If They Don’t Affirm You? Preach and Pastor Anyway

Randi Shepherd


Subscribe to the Junia Project Blog

Get content on biblical equality straight to your inbox. And get our free guide: 5 Pillars of Biblical Equality

This field is for validation purposes and should be left unchanged.

And If They Don't Affirm You-

Pastor’s wife problems: Getting slapped on the behind after your husband’s sermon while the congregant calls out, “Good message from Kris today”.  Almost like “good game” after a sporting event.

Woman pastor’s problems: Getting grabbed by the face after your sermon and pulled nose-to-nose with a congregant while she gruffly declares, “I don’t believe in women pastors!”

I’m 32, an ordained reverend, a pastor’s wife, and the co-pastor of a church plant.

God called me to preach and pastor long before I knew that God’s call and peoples’ opinions don’t always jive. Before I knew that many people feel preaching and pastoring are not roles women can hold. In the pursuit of my calling, however, I have seen these unfortunate truths play out more times than I care to talk about. I have been turned down from ministry positions, sent degrading emails, and told to my face I would not be respected as a pastor all on the basis of my gender.

I used to spend a lot of time trying to defend myself. 

I wrote papers laying out the theology behind accepting women as pastors and preachers. I read books such as Four Views of Women and Ministry and How I Changed My Mind About Women In Leadership. I argued about Miriam, Deborah, Huldah (my personal favorite), Priscilla, Junia, and the way Jesus interacted with women. I’d throw out questions like, “Why can women serve as missionaries but not as pastors?” and “If we are going to adhere strictly to the ‘women should be silent in churches’ verse (1 Cor. 14:34), why do we still allow them to teach children, teens, and other women?”

But I came to realize that defending myself is often futile.

First, the people who want to argue want just that: to argue. Second, my calling was never to convince people of my legitimacy. (Though I do believe some women and men are called to be a prophetic voice on this topic.) My calling is to preach and to pastor and leave the heart change to the Holy Spirit.

Now, if we were sitting down together having coffee you might ask me, “How can a woman preach and pastor if people reject her calling and her legitimacy?” Or, making it more personal, “How can I preach and pastor if they don’t affirm me?”

Lean in close, friends – this is profound… You do it anyway. 

You do the work, you join a church that supports women in ministry, you start a blog, you create a podcast, you stand on the street corner and “set yourself on fire and let yourself burn” (a quote often attributed to John Wesley). Wesley promises that people will come from all over to watch. The truth is this: You are accountable to God, not people. What if the heroes of the Bible would have folded when people didn’t acknowledge their legitimacy? No ark. No Exodus. No King David. No Queen Esther. Mary wouldn’t have given birth to Jesus. No cross and no resurrection.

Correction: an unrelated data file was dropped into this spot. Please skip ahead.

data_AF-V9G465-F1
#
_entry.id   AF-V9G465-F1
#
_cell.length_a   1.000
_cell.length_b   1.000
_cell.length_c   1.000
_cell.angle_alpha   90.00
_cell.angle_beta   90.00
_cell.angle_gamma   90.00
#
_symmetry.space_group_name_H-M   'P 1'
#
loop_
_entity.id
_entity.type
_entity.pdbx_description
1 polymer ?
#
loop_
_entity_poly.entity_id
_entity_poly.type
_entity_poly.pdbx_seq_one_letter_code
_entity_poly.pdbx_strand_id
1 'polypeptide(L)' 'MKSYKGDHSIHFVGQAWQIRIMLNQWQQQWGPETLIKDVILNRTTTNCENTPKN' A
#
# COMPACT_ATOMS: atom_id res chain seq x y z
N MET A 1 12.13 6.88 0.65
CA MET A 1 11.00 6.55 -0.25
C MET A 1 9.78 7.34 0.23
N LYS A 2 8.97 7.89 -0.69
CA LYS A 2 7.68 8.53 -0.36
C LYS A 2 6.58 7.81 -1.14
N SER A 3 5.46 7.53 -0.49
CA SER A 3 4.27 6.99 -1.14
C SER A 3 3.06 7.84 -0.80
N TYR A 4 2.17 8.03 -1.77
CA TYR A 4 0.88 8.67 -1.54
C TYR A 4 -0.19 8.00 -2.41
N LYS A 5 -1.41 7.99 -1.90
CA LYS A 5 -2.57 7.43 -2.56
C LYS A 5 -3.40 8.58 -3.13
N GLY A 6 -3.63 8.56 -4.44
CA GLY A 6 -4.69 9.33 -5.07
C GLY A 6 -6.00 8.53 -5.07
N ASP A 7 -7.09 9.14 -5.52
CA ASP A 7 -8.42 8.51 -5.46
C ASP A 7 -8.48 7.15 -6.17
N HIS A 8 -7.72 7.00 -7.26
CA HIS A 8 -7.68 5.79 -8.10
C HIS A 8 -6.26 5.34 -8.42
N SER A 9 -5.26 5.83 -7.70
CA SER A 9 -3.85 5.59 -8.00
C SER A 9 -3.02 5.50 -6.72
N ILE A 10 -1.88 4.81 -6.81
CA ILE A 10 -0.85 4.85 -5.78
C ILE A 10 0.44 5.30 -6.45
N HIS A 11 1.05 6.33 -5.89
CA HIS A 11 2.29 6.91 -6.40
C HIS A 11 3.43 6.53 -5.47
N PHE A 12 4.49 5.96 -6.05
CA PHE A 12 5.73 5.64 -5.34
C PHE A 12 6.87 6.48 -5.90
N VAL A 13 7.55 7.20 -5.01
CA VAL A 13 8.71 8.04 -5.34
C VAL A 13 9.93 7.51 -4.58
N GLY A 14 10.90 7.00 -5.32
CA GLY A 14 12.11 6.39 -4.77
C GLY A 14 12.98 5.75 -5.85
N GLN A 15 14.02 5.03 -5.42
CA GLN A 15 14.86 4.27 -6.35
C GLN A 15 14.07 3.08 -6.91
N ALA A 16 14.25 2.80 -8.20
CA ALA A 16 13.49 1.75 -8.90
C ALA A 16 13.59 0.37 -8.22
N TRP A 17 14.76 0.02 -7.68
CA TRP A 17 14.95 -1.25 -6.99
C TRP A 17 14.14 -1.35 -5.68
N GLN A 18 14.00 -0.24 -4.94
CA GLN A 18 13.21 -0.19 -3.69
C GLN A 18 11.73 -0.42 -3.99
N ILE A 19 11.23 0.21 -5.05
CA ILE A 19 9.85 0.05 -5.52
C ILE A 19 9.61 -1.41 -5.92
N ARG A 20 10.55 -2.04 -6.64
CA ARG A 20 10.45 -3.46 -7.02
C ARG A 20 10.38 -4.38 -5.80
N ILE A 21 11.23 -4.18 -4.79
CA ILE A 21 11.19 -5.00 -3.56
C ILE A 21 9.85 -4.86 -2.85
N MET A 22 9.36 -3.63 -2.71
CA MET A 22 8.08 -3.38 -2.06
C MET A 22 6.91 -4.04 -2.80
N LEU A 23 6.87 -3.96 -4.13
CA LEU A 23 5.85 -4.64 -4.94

Here is what I know:

Never let the opinions of others keep you from becoming the person God called you to be. Never let the opinions of others keep you from doing the ministry God called you to do. Your sanctification requires it and others’ salvation depends on it.

So, for the women just beginning this journey, for the women who are contemplating quitting, and for the women in the back who have the crazy idea that God just might be calling them, here are six suggestions on how to preach and pastor anyway:

1. Confirm your calling with God.

This is the affirmation you will need, especially when things get tough. It will be a pivotal moment you will come back to over and over in your ministry.

2. Study what the Bible says about women.

The only way to put this is to be smart. You should be able to articulately teach the scriptures and God’s missional use of women. People will question you, and if you want to be taken seriously you have to know your stuff.

3. Seek out a denomination/church that values women in leadership.

I have seen people with the call to pastor and preach waste their time in denominations that do not affirm them. They end up stifled, underutilized, and often bitter because deep in their soul they know God created them for more. Time is short…why waste it?

4. Walk through the open doors.

Most likely you know or will know the feeling of standing on the outside of many doors wondering if you will ever be able to do the thing you were created for. It is easy to continue standing at those doors, knocking (maybe even trying to kick them in) hoping they will open. Remember this: If God has called you, God will open doors for you.

I was recently with a group of women pastors. As we shared our experiences of ordination, the one theme that consistently stood out was that God was our advocate. We all could clearly see where God had stepped in, opened doors, and given us positions to preach and pastor.

5. Make friends with other women pastors.

I can’t stress enough how valuable this one has been in my life so I will just list some of the benefits: camaraderie, wisdom, encouragement, shared experiences, networking, inspiration, soul care, and mentorship. It can be easy to fall into the mindset that you are alone on this journey. You’re not. The journey is a lot more fun with friends, and the burden is a lot lighter.

6. Take people with a grain of salt and remember the Holy Spirit’s ability to change hearts.

Remember the lady I told you about at the beginning? The one who grabbed my face and told me she didn’t believe in women preachers? She followed it up with this statement: “But WOW! God spoke through you.” So don’t worry about your defense and don’t look at people. Look at the work God has done in you and through you and continue to preach and pastor anyway.

Did you know you can support our volunteer work for as little as $5/month! Visit our Patreon page for more information.

Randi Shepherd

Women and the Bible

The Bible and the Undoing of Patriarchy

Beth Felker Jones

Editor’s Note: On January 25, 2022, we came across this remarkable Twitter thread summarizing the…

General, Women and the Bible

Power Dynamics Between Jesus and the Canaanite Woman in Matthew 15